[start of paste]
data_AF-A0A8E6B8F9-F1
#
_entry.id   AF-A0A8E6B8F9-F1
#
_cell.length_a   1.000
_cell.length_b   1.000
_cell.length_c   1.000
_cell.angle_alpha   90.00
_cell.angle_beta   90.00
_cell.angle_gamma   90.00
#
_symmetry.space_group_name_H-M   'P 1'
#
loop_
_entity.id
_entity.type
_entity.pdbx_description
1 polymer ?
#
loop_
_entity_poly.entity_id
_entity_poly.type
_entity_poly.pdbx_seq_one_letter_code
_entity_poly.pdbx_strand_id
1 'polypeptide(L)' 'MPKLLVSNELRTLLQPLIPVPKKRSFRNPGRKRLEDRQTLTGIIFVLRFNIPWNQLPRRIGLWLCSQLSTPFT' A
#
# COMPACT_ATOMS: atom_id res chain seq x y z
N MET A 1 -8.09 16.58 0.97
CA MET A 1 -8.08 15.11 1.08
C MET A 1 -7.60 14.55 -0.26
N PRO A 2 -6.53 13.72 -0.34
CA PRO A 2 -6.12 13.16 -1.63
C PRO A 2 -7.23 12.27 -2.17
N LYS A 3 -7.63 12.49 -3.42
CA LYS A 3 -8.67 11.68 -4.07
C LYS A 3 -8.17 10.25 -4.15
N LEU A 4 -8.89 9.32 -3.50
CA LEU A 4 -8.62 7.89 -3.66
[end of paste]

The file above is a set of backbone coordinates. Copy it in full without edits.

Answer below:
data_AF-A0A8E6B8F9-F1
#
_entry.id   AF-A0A8E6B8F9-F1
#
_cell.length_a   1.000
_cell.length_b   1.000
_cell.length_c   1.000
_cell.angle_alpha   90.00
_cell.angle_beta   90.00
_cell.angle_gamma   90.00
#
_symmetry.space_group_name_H-M   'P 1'
#
loop_
_entity.id
_entity.type
_entity.pdbx_description
1 polymer ?
#
loop_
_entity_poly.entity_id
_entity_poly.type
_entity_poly.pdbx_seq_one_letter_code
_entity_poly.pdbx_strand_id
1 'polypeptide(L)' 'MPKLLVSNELRTLLQPLIPVPKKRSFRNPGRKRLEDRQTLTGIIFVLRFNIPWNQLPRRIGLWLCSQLSTPFT' A
#
# COMPACT_ATOMS: atom_id res chain seq x y z
N MET A 1 -8.09 16.58 0.97
CA MET A 1 -8.08 15.11 1.08
C MET A 1 -7.60 14.55 -0.26
N PRO A 2 -6.53 13.72 -0.34
CA PRO A 2 -6.12 13.16 -1.63
C PRO A 2 -7.23 12.27 -2.17
N LYS A 3 -7.63 12.49 -3.42
CA LYS A 3 -8.67 11.68 -4.07
C LYS A 3 -8.17 10.25 -4.15
N LEU A 4 -8.89 9.32 -3.50
CA LEU A 4 -8.62 7.89 -3.66